January began with reading book after book on wilderness. Before I wrote, I thought I had to acquire total knowledge of everything anyone else had ever written on wilderness to convincingly transition from financial economics to wilderness author. If you have ever tried to master a body of knowledge, you know the challenge. One book leads to another two. One paper to another five. The books came every day. My eyes grew weary from reading academic journals online. My faith in my ability to be a wilderness expert waned. And my purely academic interest in wilderness began to feel less than satisfying. I wanted to climb a tree, not read another book. So I did. I climbed a tree in the park near my house, a good climbing tree, a pine with stair-like branches. And the world looked different. The academic strivings fell away.

In the late afternoons, I began to write stories about my childhood. These weren’t the first stories I had ever written. More than ten years ago I had written a book about training for a marathon. That book was neatly structured, or so I thought, around the day-to-day grind of running all the miles it takes to be able to make it through 26.2 without dying or thinking you are going to die. Yes, there were some stories about my childhood sprinkled in because they came to me while doing my long weekend runs, but mostly it was a training diary with recipes for vegetarian meals sprinkled in. The title “Run ‘n Sauce Woman” was supposed to be a clever play on “renaissance man.” It was too disparate, jumped around too much according to publishers.

Now I am writing stories and poems, starting with a memory, and letting the words go wherever they want to – children left to roam in open space. Most of the time the writing doesn’t go where I expect. It wanders and jumps, and I write until it feels finished. Most surprising for me is that this is my most satisfying work. It is the one thing that diverts me from stewing over expectations left unfulfilled. So these stories, more than 30, and poems, almost 25, are my book. But I can’t find a neat unifying theme, and again, they jump around. And when I read a book suggested by a publisher as an example of good essays, I was struck by how little pathos there is in my life and my writing. Mine is a voice that will probably not break through in a very noisy world. But then I think of Nicholson Baker’s A Box of Matches. The author and title immediately come to me even though I read the book in 2004, and I cannot list authors and titles even for the books I have read in the last month. Why did it stick?  The book is a series of careful observations of ordinary life written after lighting a fire each morning using one match from the box of 33. Baker’s insights create wonder out of everyday things that most of us don’t even notice. It’s a magical series of observations, written with grace. But my work is not the exacting observational miracle of a Nicholson Baker. And there is no neat tie between the stories. I can’t think of a title, and I can’t think of an organizing principle even for sections of stories. Even a chronological approach won’t work because many of these stories jump from one year to another one that might be decades before or after.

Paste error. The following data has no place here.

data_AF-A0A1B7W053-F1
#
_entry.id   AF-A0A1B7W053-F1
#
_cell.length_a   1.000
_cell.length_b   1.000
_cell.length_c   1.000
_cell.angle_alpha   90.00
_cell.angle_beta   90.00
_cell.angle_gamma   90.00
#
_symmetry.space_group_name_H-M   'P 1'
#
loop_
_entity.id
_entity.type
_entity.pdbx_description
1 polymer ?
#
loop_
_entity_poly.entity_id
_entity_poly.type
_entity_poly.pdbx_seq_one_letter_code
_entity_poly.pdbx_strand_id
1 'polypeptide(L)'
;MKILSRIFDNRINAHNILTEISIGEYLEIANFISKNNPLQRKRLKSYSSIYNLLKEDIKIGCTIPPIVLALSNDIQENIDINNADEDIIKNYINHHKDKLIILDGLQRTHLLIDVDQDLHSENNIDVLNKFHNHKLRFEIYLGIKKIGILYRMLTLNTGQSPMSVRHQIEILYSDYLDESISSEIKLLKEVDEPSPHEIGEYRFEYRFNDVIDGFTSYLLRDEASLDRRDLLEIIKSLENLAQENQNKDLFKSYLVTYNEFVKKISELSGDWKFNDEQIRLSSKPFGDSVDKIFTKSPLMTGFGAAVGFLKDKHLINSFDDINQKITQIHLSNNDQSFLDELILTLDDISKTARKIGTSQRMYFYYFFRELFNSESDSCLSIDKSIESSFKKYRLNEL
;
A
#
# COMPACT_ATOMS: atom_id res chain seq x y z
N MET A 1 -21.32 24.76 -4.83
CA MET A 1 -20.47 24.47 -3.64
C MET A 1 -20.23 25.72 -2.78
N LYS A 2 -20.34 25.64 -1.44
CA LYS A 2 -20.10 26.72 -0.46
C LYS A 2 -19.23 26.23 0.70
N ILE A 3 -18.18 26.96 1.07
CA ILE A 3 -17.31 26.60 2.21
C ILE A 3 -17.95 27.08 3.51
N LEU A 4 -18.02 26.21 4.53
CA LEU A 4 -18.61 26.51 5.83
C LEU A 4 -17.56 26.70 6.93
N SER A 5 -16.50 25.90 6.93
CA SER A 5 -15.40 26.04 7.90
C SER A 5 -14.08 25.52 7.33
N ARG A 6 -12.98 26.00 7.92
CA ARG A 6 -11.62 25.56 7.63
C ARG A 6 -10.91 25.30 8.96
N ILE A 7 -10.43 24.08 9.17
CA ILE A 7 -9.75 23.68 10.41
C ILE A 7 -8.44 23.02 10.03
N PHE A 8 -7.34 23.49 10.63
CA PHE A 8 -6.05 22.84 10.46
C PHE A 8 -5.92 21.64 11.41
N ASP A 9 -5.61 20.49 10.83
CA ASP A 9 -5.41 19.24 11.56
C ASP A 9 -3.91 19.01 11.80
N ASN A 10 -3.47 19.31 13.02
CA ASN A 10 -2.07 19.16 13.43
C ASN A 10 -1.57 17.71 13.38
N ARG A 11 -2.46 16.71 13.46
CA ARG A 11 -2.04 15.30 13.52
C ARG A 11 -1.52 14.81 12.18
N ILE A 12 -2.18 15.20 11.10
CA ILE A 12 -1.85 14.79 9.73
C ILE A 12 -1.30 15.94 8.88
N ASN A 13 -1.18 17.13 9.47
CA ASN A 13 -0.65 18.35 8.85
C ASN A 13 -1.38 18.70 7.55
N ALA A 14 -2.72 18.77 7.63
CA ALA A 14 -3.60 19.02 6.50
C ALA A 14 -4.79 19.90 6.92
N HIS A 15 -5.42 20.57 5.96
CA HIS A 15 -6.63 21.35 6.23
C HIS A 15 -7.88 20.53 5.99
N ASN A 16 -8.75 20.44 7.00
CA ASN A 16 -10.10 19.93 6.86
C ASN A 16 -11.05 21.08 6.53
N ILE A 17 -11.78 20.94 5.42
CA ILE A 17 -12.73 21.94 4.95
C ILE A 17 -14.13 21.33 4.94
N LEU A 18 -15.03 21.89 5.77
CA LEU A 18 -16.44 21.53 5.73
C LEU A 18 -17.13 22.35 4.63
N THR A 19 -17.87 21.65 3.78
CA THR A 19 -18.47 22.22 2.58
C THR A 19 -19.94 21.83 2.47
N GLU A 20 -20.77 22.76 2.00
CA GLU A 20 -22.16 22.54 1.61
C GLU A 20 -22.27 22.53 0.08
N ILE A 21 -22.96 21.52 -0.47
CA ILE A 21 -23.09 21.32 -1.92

So what do I have to show for sabbatical, a sabbatical in which I committed to writing an academic treatise and didn’t? And what will happen when sabbatical ends and writing time is invaded by the daily job of being a professor? Will my writing go the way of the pots? I haven’t touched clay in years. I hope not. I hope that now I have tasted the joy of writing without expectations, just writing because it’s fun, because when I stand at my computer and let it go, the anxiousness wanes, I will not give it up. I will not return to the world where I do the expected, that which I was trained to do, the ordinary. I will keep climbing trees and being the writer I want to be. I will not get another sabbatical to try my hand at another totally different craft, to try to find my real inner artist. Retirement looms, and I want to be ready to go at writing with the eager energy of an unrestrained child. If I let it slip, it will be hard to retrieve. The fear of failing, of starting a story and having it go nowhere means it never gets started. The revival of the inner critic is death. The questions about why? Why write what no one reads? You can’t ask. It doesn’t matter. It’s all about the creating not the creation.